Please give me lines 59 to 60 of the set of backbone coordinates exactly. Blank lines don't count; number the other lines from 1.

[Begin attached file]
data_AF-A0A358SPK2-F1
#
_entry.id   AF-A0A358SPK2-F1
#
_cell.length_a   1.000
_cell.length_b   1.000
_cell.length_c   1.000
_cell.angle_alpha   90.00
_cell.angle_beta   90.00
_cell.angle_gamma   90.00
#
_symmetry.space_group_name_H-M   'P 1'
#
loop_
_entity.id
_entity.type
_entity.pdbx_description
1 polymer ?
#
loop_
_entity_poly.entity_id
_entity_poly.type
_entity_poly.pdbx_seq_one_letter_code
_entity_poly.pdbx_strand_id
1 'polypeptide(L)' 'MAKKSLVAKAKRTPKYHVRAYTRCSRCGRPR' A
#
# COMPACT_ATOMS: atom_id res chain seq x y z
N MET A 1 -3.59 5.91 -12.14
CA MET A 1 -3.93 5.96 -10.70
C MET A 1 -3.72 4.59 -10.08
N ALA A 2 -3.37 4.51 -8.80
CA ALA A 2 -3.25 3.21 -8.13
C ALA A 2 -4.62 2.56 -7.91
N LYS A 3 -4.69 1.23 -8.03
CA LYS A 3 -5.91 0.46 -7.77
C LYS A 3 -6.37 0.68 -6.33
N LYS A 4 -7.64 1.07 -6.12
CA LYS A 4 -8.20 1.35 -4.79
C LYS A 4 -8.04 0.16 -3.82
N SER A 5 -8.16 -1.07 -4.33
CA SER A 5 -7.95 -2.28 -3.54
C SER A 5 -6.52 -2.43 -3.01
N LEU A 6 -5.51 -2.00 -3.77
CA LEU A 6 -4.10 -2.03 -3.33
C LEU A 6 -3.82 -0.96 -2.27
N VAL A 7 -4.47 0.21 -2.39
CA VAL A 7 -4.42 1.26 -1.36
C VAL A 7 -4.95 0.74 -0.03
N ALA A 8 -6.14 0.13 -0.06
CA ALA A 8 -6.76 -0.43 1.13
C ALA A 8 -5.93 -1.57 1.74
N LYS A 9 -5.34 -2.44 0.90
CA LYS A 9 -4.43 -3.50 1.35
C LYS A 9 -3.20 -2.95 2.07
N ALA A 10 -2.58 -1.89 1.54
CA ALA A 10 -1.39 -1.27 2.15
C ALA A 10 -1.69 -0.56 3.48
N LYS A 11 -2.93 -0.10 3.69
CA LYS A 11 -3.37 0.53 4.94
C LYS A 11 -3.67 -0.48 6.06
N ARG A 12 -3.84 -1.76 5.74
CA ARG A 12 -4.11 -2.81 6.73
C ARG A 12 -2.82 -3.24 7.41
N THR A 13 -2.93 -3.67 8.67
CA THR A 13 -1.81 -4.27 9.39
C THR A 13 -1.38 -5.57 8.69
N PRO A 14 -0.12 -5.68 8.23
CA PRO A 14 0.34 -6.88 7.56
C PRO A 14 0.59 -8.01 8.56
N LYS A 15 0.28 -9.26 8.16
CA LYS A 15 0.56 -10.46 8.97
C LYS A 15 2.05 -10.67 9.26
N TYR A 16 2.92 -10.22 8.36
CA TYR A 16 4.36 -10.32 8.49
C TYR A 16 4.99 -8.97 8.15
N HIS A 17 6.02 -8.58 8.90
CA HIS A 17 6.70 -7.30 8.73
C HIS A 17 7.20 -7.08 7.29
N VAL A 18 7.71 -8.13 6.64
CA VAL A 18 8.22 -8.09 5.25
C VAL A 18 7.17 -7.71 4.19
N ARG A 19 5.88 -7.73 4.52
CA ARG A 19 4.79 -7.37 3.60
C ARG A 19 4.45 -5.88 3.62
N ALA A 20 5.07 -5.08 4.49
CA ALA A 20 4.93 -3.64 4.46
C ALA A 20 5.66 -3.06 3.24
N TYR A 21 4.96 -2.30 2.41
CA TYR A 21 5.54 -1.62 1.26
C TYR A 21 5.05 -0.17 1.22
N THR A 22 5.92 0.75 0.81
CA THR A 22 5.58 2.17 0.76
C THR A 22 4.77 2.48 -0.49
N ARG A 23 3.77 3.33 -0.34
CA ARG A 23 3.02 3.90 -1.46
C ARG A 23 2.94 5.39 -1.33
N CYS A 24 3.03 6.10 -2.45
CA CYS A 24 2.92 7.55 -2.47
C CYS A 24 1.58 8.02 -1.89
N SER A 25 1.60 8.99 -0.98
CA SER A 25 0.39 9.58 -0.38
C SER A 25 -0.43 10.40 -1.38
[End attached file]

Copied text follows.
CA LYS A 11 -3.37 0.53 4.94
C LYS A 11 -3.67 -0.48 6.06